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» Automated Validation and Verification of Railway Specific Components and Systems


Publisher:


Shaker Verlag
Author:

Sebastian Kinder
Format:
Gebunden
Year:


2008

Description:

Today’s electronic systems become more and more complex regarding their size and functionality. They are applied in many areas of our personal lives, for example, cellular phones or entertainment electronics. A modern life without them is hard to imagine. Failures of these devices would usually result in minor problems for the users. But complex electronic systems are also used in safety-critical areas like medical equipment, avionics and electronic railway systems. Especially in these sectors the demand for safety is exceptionally high, because human life might depend on the faultless functionality of such devices. This thesis deals with components and systems which are applied in the railway domain. Here, railway domain means that tram and train control systems are considered. One of the basic building blocks of railway control systems is the Counting Head (CH). It is used to determine whether a specified Track Vacancy Detection Section (TVDS) is clear or occupied. Several TVDSs are monitored by so-called electronic interlocking or control systems. Besides the correct function of these systems, the correct function of CHs is crucial. If the CHs fail to work properly, a TVDS would either be falsely indicated as occupied – resulting in a deterioration of availability and reliability – or falsely indicated as clear – possibly introducing a safety hazard. Additionally, the control system which controls the TVDSs and monitors the CHs has to work correctly as well. Otherwise, two trains, for example, might enter two crossing track sections resulting in a critical situation.
Up to this day components and systems in railway applications are often designed and tested in a conventional way, that is, they are simulated with a manually created test bench. Simulation and testing are broadly accepted in industrial environments and have the advantage that designers have a considerable expertise with this kind of work. Nevertheless, simulation and testing are very cost-intensive and time-consuming. For large and complex designs, it is mostly not practicable to reach complete test coverage and important corner cases might be missed. In order to ensure a complete verification there are efforts to introduce formal methods into the railway domain. In contrast to testing and simulation, formal verification means to prove the correctness of these components and systems. Thus, a formal verification flow for components and systems of the railway domain is proposed here.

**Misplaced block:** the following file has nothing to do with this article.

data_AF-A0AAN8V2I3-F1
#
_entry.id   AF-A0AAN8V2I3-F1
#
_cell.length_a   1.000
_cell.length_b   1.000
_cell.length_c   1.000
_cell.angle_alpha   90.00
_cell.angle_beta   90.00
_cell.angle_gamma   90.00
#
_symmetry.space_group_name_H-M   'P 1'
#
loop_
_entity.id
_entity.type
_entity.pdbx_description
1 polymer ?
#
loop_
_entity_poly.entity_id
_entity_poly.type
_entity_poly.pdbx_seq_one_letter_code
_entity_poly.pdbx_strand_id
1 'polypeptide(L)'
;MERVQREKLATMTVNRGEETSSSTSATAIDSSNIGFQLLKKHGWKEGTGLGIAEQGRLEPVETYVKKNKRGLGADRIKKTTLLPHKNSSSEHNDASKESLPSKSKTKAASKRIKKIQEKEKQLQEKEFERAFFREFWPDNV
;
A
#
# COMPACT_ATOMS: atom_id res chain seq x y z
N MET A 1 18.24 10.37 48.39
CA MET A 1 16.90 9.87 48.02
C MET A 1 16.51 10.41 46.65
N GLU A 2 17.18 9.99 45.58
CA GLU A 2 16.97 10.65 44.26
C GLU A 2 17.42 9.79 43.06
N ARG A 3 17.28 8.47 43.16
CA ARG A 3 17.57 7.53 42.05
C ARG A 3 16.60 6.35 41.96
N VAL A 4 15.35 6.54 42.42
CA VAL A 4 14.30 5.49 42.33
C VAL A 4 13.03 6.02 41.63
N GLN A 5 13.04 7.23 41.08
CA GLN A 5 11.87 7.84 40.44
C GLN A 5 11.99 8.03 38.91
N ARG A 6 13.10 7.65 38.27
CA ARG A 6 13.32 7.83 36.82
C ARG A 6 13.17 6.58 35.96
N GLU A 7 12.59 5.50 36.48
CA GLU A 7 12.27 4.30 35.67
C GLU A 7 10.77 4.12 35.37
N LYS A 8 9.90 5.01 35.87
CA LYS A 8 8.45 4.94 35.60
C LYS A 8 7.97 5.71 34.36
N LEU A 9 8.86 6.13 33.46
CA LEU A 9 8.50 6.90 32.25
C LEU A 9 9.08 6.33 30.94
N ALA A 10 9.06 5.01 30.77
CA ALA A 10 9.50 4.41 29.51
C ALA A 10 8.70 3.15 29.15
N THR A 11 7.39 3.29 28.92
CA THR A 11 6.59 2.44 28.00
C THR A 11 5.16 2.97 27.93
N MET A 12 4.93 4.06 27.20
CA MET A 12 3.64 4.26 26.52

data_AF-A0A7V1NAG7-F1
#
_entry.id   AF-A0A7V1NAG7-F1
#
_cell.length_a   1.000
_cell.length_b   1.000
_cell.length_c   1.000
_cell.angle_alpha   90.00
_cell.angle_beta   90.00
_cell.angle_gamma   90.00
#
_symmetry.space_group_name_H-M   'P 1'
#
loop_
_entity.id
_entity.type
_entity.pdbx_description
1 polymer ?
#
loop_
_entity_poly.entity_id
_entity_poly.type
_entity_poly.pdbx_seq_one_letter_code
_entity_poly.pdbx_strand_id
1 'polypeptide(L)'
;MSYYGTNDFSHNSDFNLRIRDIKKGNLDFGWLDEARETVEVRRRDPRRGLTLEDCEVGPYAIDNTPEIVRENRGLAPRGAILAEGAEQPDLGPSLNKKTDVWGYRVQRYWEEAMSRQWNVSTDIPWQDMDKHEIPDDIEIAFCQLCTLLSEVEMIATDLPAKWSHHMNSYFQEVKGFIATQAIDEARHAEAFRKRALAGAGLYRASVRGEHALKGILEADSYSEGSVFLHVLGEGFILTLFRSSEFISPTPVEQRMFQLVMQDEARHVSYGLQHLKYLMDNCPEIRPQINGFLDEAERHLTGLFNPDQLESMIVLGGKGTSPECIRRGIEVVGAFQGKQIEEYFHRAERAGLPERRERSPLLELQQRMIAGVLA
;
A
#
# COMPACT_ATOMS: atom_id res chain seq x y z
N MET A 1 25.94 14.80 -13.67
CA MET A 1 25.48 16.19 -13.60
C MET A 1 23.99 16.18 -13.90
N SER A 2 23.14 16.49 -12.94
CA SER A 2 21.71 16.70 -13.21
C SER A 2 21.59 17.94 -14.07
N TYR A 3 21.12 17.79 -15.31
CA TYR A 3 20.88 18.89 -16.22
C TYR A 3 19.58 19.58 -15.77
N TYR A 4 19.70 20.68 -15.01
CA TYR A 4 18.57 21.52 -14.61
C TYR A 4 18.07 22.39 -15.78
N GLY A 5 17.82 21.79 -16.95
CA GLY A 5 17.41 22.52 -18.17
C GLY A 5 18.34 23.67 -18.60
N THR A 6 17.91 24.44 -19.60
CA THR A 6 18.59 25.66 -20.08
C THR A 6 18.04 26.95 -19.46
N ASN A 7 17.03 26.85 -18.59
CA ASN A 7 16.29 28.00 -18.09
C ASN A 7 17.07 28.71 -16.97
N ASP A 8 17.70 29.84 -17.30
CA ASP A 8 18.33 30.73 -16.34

To verify a system, formal models of the system and its components are needed. Here, these models are implemented using SystemC, a powerful system description language. Then, the system can be proven to respect particular safety-critical aspects. For the tram control system, as presented, such a safety-critical aspect is verified by defining a set of safe system states and proving that the system is always within this set of states. These proofs are accomplished by Bounded Model Checking (BMC), a special form of Model Checking also called Property Checking. Using this strategy, complex systems can be proven to function correctly with respect to safety-critical aspects. But before the system can be considered as completely verified, subsystems and components of the system need to be proven to be correct as well. Thus, formal verification is carried out using the corresponding SystemC models. The formal verification basically consists of two steps: First, a set of properties is created and proven to hold for the component. Second, the set is proven to be functional complete. In this way, single components of a system are completely proven to be correct according to their specification. Note, in previous verification flows the completeness of sets of properties was assured manually, that is, a verification engineer checked the set of properties and decided whether the set was complete or not. Here, the completeness is proven automatically.









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